After the training camp, NFL security conducted a four-hour interview with him and ran a background check. Falcinelli said he “sweated” for three weeks until he got the email letting him know he had made the cut. He headed to Dallas to meet his officiating crew and get more training.
“When I found the crew I was assigned to, the crew chief told me that Ron Baynes had called me the ‘rules guru’ because of the questions I asked and what I knew,” he said.
On Aug. 9, Falcinelli went to Philadelphia to serve as head linesman in his first preseason game, between the Steelers and Eagles. He received his unofficial welcome to the league at the end of the fourth quarter, when the home crowd serenaded him with a chorus of boos for calling unnecessary roughness against the Eagles.
“There was 12 seconds left in the game and a Steelers player fell on a punt and made no attempt to advance the ball,” he said. “An Eagles player came in and drilled him, I threw the flag and the crowd went crazy.”
His eight-man crew would end up working several games to positive reviews, a rarity among the heavily-scrutinized replacement referees. He also officiated games in Phoenix, Miami, Kansas City, Detroit and two in Tampa.
For six games, Falcinelli worked as head linesman, watching the line of scrimmage for pre-snap penalties and marking the spot of the ball. He also worked one game as a side judge, following the play as it develops downfield.
Although he was away from home for large swaths of the past four months — and “immersed” in training and learning the rulebook when he was home — his family was supportive of his decision.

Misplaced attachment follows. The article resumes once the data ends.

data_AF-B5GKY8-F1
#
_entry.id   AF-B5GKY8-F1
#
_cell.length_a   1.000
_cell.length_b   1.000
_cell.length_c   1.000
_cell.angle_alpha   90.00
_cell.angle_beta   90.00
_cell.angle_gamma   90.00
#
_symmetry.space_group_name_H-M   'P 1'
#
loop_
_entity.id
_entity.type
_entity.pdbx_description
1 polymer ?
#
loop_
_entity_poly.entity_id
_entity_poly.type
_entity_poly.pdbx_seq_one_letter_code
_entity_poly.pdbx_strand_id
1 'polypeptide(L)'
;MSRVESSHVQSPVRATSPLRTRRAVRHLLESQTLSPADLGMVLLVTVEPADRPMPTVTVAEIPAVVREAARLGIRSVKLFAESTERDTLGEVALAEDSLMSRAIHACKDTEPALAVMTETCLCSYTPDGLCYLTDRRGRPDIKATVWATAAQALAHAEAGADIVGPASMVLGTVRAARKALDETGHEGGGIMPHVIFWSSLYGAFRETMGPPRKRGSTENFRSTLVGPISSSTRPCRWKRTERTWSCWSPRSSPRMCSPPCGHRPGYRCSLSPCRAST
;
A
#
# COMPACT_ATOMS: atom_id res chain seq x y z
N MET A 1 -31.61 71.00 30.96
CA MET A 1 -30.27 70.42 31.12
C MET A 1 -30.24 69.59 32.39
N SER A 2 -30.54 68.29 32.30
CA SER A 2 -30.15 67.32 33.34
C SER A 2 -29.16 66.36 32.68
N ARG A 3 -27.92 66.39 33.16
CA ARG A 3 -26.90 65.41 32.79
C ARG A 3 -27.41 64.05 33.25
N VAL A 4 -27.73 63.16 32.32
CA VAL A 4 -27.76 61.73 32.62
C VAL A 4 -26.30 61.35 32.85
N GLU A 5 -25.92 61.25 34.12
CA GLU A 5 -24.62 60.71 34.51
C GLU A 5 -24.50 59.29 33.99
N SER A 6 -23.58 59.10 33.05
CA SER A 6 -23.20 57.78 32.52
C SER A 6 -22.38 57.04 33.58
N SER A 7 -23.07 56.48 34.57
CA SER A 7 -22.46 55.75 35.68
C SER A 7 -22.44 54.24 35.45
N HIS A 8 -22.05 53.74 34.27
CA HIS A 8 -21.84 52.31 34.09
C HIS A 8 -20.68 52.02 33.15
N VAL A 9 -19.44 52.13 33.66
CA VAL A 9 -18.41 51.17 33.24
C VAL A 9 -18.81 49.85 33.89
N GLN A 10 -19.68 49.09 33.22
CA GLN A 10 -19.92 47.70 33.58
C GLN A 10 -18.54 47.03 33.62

“I had their blessing,” he said. “They knew I had to do it, and I knew I not only had to do it, I had to do it well.”
Falcinelli said the jump to the NFL came at a time of family turmoil; his mother-in-law was ill and she passed away in the middle of the preseason.
Falcinelli said he and the other replacement referees “kept their minds clear” of the criticism and the lockout, instead focusing on their training and practice. Ignoring the news coverage of the lockout made the ending all the more abrupt.
Falcinelli’s crew learned the lockout had ended from a hotel in Baltimore, where they were preparing to officiate the Thursday night Browns-Ravens game on Sept. 27. Instead, the regular officials returned to call that game.
“Realistically, we knew it was going to come, but it was disappointing when we heard,” he said. “We had just received our winter and breast cancer awareness gear the week before. Per our contract, all gear had to be returned, but the NFL graciously waived that clause.”
Three weeks after refereeing his last game in the NFL, Falcinelli was back on the field refereeing the contest between Gonzaga and Bishop O’Connell (Gonzaga won 38-2).
He said it would likely be his last game on the field as an official.
“I think it’s time to walk away,” he said. “It’s been a good run. I’ve finished my career at the top. I’ll continue to work as an administrator and evaluator of officials, but I’m probably done officiating on the field.”